2.Think color. Fill your plate with a rainbow of foods with carotenoids "Dark, leafy greens such as kale, spinach and collards have lutein, which is important for good macular function. Carrots and pumpkin are great sources of beta carotene and vitamin C,"
3. Change it up. Instead of cooking "special items" for that one person in the family with a food allergy, diabetes or other dietary restriction, cook enough for the whole family to benefit. In his house, "we will have turkey and salmon,” Salmon is loaded with eye-rich nutrients, including zinc and omega-3 fatty acids. Zinc plays an essential role in bringing vitamin A from the liver to the retina in order to produce melanin, the protective pigment in the eyes.
But proper nutrition is only a part of the healthy eyes menu. It's regular, comprehensive dilated eye examinations that represent the most important portion of the preventive eye health equation. Many common eye diseases have no obvious signs or symptoms, and early diagnosis and intervention can help ward off vision loss.
All eyes on these vitamins and nutrients
For good eye health, look to these key vitamins and nutrients:
- Lutein & Zeaxanthin: Many studies show that lutein and zeaxanthin reduce the risk of chronic eye diseases. People who got the most lutein and zeaxanthin had a much lower risk for developing new cataracts. Dark green leafy vegetables are the primary source of lutein and zeaxanthin, as well as other colorful fruits and vegetables like broccoli, corn, peas, persimmons and tangerines.
- Vitamin C: Scientific evidence suggests vitamin C lowers the risk of developing cataracts and when taken in combination with other essential nutrients, it can slow the progression of age-related macular degeneration and visual acuity loss. For your daily dose, try incorporating oranges, grapefruit, strawberries, papaya, green peppers and tomatoes into your diet.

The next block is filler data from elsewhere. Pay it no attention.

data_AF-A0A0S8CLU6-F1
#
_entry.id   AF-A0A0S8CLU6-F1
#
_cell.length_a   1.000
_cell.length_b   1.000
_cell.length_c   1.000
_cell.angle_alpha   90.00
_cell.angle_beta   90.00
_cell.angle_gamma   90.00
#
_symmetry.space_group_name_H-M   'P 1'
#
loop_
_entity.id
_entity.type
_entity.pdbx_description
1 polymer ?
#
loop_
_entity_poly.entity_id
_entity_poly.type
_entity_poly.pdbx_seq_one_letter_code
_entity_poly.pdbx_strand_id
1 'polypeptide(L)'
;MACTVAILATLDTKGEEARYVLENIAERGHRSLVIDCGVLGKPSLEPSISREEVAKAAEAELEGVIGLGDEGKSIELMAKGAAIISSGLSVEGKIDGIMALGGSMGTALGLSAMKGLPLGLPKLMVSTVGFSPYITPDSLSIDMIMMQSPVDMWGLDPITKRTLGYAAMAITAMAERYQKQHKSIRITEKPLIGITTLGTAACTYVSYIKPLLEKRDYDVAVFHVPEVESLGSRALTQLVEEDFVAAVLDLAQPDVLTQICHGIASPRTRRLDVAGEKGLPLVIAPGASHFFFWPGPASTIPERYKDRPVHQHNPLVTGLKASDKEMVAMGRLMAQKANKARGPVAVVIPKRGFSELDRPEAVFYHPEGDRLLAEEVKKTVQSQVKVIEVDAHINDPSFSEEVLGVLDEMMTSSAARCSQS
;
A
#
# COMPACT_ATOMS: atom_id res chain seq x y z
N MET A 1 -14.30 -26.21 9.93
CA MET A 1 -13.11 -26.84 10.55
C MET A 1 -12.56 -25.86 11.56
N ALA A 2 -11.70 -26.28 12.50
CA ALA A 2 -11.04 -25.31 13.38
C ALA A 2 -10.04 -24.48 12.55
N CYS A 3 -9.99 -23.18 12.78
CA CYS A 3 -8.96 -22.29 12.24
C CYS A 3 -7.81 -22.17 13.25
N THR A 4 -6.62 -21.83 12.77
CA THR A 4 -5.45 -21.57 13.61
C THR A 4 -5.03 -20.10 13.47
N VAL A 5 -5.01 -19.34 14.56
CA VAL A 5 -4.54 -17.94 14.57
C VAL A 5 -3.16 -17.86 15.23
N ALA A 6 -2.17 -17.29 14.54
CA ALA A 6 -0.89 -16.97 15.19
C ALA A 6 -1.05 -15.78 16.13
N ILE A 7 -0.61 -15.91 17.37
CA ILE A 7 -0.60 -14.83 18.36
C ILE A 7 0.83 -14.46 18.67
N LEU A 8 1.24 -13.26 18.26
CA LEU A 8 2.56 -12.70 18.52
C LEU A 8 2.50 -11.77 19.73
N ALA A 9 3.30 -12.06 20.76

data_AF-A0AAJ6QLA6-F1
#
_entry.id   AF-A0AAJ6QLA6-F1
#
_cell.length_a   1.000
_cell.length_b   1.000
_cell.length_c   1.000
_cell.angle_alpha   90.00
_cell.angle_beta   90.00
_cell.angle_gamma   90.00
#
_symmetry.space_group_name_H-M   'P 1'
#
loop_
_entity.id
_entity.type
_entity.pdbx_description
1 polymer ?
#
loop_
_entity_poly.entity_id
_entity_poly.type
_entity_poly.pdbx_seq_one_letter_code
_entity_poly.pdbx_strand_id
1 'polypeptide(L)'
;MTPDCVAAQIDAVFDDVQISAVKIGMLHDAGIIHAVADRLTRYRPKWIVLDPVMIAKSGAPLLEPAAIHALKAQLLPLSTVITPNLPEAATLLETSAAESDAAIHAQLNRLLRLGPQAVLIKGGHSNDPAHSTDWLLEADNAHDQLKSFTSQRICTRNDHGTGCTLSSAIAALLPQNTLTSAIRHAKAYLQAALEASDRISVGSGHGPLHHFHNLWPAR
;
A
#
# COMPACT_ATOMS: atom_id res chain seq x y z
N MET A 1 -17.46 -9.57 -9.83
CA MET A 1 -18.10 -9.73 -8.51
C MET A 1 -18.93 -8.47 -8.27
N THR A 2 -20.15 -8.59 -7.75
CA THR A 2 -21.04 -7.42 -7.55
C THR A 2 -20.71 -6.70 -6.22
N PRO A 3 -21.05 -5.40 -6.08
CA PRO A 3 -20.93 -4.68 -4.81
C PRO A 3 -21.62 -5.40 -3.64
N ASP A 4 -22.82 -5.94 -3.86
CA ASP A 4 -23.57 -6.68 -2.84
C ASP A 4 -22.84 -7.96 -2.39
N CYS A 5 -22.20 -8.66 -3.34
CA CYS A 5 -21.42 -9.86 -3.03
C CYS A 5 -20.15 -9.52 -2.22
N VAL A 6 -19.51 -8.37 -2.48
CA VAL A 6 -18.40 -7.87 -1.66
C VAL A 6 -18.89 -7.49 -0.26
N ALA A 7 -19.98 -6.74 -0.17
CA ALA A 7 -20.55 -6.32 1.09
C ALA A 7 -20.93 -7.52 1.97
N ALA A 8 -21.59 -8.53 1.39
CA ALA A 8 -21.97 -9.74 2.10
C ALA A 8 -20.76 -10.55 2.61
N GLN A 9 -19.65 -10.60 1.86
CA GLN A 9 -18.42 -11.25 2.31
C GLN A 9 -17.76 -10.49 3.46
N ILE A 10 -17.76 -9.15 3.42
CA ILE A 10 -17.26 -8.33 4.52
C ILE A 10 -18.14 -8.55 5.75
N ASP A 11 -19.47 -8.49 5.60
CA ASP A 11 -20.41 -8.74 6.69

- Vitamin E: Vitamin E protects cells in the eyes from unstable molecules called free radicals, which break down healthy tissue. Good food sources of Vitamin E include vegetable oils (including safflower and corn oil), nuts, wheat germ and sweet potatoes.
- Essential fatty acids: Omega-3 fatty acids are important for proper visual development and retinal function. Studies in pre-term and full-term infants suggest that getting enough omega-3 fatty acids in the diet is essential for optimal visual development. Salmon, tuna and other cold-water fish are the best sources of omega-3 fatty acids and can help reduce inflammation, enhance tear production and support the eye’s oily outer layer.
- Zinc: Zinc plays a vital role in bringing vitamin A from the liver to the retina in order to produce melanin, a protective pigment in the eyes. Impaired vision, such as poor night vision and cloudy cataracts, has been linked to zinc deficiency. For natural dietary sources of zinc, try red meat, oysters and other shellfish, and nuts and seeds.